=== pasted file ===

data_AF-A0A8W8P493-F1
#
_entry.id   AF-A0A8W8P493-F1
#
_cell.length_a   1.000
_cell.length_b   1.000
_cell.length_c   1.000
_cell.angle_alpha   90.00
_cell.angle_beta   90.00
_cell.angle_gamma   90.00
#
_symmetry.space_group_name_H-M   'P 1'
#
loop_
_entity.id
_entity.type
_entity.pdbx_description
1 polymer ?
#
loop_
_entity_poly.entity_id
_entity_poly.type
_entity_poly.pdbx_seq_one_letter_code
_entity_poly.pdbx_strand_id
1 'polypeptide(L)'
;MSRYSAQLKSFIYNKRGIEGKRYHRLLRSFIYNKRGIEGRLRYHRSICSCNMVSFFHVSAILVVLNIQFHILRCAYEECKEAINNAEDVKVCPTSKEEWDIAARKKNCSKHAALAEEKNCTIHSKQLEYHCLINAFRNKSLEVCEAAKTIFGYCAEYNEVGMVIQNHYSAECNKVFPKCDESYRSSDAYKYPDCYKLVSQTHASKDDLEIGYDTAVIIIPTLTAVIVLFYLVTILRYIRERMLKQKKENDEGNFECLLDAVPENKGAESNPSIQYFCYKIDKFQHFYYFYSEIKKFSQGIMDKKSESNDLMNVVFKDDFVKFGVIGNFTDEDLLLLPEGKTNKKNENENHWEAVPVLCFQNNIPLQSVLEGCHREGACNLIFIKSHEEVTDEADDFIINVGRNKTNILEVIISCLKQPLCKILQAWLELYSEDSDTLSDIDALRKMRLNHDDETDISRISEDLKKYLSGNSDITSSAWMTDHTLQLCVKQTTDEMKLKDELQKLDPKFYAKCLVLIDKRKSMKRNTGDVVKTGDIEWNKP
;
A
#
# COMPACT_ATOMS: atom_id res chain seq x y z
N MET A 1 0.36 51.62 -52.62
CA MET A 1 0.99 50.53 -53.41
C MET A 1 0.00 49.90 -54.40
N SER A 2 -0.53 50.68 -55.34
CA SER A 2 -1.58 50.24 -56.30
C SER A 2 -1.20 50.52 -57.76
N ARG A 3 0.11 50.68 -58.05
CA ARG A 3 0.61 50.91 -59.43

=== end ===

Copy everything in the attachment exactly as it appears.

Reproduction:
data_AF-A0A8W8P493-F1
#
_entry.id   AF-A0A8W8P493-F1
#
_cell.length_a   1.000
_cell.length_b   1.000
_cell.length_c   1.000
_cell.angle_alpha   90.00
_cell.angle_beta   90.00
_cell.angle_gamma   90.00
#
_symmetry.space_group_name_H-M   'P 1'
#
loop_
_entity.id
_entity.type
_entity.pdbx_description
1 polymer ?
#
loop_
_entity_poly.entity_id
_entity_poly.type
_entity_poly.pdbx_seq_one_letter_code
_entity_poly.pdbx_strand_id
1 'polypeptide(L)'
;MSRYSAQLKSFIYNKRGIEGKRYHRLLRSFIYNKRGIEGRLRYHRSICSCNMVSFFHVSAILVVLNIQFHILRCAYEECKEAINNAEDVKVCPTSKEEWDIAARKKNCSKHAALAEEKNCTIHSKQLEYHCLINAFRNKSLEVCEAAKTIFGYCAEYNEVGMVIQNHYSAECNKVFPKCDESYRSSDAYKYPDCYKLVSQTHASKDDLEIGYDTAVIIIPTLTAVIVLFYLVTILRYIRERMLKQKKENDEGNFECLLDAVPENKGAESNPSIQYFCYKIDKFQHFYYFYSEIKKFSQGIMDKKSESNDLMNVVFKDDFVKFGVIGNFTDEDLLLLPEGKTNKKNENENHWEAVPVLCFQNNIPLQSVLEGCHREGACNLIFIKSHEEVTDEADDFIINVGRNKTNILEVIISCLKQPLCKILQAWLELYSEDSDTLSDIDALRKMRLNHDDETDISRISEDLKKYLSGNSDITSSAWMTDHTLQLCVKQTTDEMKLKDELQKLDPKFYAKCLVLIDKRKSMKRNTGDVVKTGDIEWNKP
;
A
#
# COMPACT_ATOMS: atom_id res chain seq x y z
N MET A 1 0.36 51.62 -52.62
CA MET A 1 0.99 50.53 -53.41
C MET A 1 0.00 49.90 -54.40
N SER A 2 -0.53 50.68 -55.34
CA SER A 2 -1.58 50.24 -56.30
C SER A 2 -1.20 50.52 -57.76
N ARG A 3 0.11 50.68 -58.05
CA ARG A 3 0.61 50.91 -59.43